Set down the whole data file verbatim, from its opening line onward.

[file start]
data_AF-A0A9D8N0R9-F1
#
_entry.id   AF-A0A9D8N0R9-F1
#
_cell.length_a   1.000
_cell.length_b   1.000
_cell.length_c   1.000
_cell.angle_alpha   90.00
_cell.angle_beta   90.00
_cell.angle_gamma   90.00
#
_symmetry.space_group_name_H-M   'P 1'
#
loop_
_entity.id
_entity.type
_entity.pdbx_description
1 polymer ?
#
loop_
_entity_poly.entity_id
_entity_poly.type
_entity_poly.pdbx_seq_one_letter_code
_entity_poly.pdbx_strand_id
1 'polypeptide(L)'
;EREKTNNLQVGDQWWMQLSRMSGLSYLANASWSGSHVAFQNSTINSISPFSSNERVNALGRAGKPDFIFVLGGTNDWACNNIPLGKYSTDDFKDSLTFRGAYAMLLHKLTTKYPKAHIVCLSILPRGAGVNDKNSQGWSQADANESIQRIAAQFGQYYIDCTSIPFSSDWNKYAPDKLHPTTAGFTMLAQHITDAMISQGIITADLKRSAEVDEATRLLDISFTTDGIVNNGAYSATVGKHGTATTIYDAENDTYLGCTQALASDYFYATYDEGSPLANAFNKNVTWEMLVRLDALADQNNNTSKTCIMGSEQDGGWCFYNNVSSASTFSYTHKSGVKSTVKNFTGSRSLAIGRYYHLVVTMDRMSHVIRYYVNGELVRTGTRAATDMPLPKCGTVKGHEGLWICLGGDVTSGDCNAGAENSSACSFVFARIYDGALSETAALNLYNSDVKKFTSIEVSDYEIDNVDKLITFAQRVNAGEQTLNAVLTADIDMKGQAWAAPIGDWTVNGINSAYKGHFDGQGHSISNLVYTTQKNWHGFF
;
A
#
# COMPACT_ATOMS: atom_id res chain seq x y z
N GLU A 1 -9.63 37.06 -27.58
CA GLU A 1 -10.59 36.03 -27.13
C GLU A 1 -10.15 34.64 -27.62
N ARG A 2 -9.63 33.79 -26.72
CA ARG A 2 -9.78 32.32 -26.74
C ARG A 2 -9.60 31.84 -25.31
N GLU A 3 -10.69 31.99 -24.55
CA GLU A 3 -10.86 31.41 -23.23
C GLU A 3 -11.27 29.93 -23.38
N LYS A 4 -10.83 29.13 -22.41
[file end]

data_AF-A0A9D8N0R9-F1
#
_entry.id   AF-A0A9D8N0R9-F1
#
_cell.length_a   1.000
_cell.length_b   1.000
_cell.length_c   1.000
_cell.angle_alpha   90.00
_cell.angle_beta   90.00
_cell.angle_gamma   90.00
#
_symmetry.space_group_name_H-M   'P 1'
#
loop_
_entity.id
_entity.type
_entity.pdbx_description
1 polymer ?
#
loop_
_entity_poly.entity_id
_entity_poly.type
_entity_poly.pdbx_seq_one_letter_code
_entity_poly.pdbx_strand_id
1 'polypeptide(L)'
;EREKTNNLQVGDQWWMQLSRMSGLSYLANASWSGSHVAFQNSTINSISPFSSNERVNALGRAGKPDFIFVLGGTNDWACNNIPLGKYSTDDFKDSLTFRGAYAMLLHKLTTKYPKAHIVCLSILPRGAGVNDKNSQGWSQADANESIQRIAAQFGQYYIDCTSIPFSSDWNKYAPDKLHPTTAGFTMLAQHITDAMISQGIITADLKRSAEVDEATRLLDISFTTDGIVNNGAYSATVGKHGTATTIYDAENDTYLGCTQALASDYFYATYDEGSPLANAFNKNVTWEMLVRLDALADQNNNTSKTCIMGSEQDGGWCFYNNVSSASTFSYTHKSGVKSTVKNFTGSRSLAIGRYYHLVVTMDRMSHVIRYYVNGELVRTGTRAATDMPLPKCGTVKGHEGLWICLGGDVTSGDCNAGAENSSACSFVFARIYDGALSETAALNLYNSDVKKFTSIEVSDYEIDNVDKLITFAQRVNAGEQTLNAVLTADIDMKGQAWAAPIGDWTVNGINSAYKGHFDGQGHSISNLVYTTQKNWHGFF
;
A
#
# COMPACT_ATOMS: atom_id res chain seq x y z
N GLU A 1 -9.63 37.06 -27.58
CA GLU A 1 -10.59 36.03 -27.13
C GLU A 1 -10.15 34.64 -27.62
N ARG A 2 -9.63 33.79 -26.72
CA ARG A 2 -9.78 32.32 -26.74
C ARG A 2 -9.60 31.84 -25.31
N GLU A 3 -10.69 31.99 -24.55
CA GLU A 3 -10.86 31.41 -23.23
C GLU A 3 -11.27 29.93 -23.38
N LYS A 4 -10.83 29.13 -22.41